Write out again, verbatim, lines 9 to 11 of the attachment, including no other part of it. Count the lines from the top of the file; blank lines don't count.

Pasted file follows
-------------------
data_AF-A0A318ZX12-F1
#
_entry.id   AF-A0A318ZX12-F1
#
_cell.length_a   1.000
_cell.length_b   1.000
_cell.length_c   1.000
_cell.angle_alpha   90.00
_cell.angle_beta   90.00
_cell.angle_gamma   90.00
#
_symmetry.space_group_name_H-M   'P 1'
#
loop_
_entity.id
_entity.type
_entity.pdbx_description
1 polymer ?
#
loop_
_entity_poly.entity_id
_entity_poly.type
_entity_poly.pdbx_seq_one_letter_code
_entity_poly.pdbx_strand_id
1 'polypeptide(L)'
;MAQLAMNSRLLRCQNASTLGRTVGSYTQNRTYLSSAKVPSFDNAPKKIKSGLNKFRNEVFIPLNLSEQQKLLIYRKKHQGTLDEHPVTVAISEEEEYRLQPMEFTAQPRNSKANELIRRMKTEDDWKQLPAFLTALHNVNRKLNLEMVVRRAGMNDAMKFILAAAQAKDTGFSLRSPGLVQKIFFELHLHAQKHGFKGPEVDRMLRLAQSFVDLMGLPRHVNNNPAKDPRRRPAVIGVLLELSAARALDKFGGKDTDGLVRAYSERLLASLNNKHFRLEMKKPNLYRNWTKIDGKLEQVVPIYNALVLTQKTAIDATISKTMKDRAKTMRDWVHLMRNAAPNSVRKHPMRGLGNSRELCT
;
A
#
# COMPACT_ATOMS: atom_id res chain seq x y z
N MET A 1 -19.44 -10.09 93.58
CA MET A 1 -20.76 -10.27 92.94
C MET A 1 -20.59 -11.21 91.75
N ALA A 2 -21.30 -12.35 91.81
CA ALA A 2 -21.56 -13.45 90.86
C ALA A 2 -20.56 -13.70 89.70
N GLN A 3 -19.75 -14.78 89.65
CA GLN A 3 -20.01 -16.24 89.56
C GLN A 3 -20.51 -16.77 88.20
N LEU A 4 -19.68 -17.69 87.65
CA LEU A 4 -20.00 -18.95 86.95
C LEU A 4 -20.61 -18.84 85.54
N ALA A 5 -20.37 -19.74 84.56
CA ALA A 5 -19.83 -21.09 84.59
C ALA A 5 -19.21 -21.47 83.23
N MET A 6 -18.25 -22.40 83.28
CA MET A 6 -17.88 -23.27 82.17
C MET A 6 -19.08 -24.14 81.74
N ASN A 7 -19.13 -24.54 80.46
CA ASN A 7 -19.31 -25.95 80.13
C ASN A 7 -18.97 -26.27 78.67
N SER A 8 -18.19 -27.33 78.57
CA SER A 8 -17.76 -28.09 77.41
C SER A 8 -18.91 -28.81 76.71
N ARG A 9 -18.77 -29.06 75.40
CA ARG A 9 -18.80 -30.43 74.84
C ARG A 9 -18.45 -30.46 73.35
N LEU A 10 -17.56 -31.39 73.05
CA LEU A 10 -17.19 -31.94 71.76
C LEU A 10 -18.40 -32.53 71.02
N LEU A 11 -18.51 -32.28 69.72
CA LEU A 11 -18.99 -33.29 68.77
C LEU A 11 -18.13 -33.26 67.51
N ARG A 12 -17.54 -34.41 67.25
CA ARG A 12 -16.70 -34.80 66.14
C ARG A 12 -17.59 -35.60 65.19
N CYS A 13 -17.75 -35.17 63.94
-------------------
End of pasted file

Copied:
_cell.angle_beta   90.00
_cell.angle_gamma   90.00
#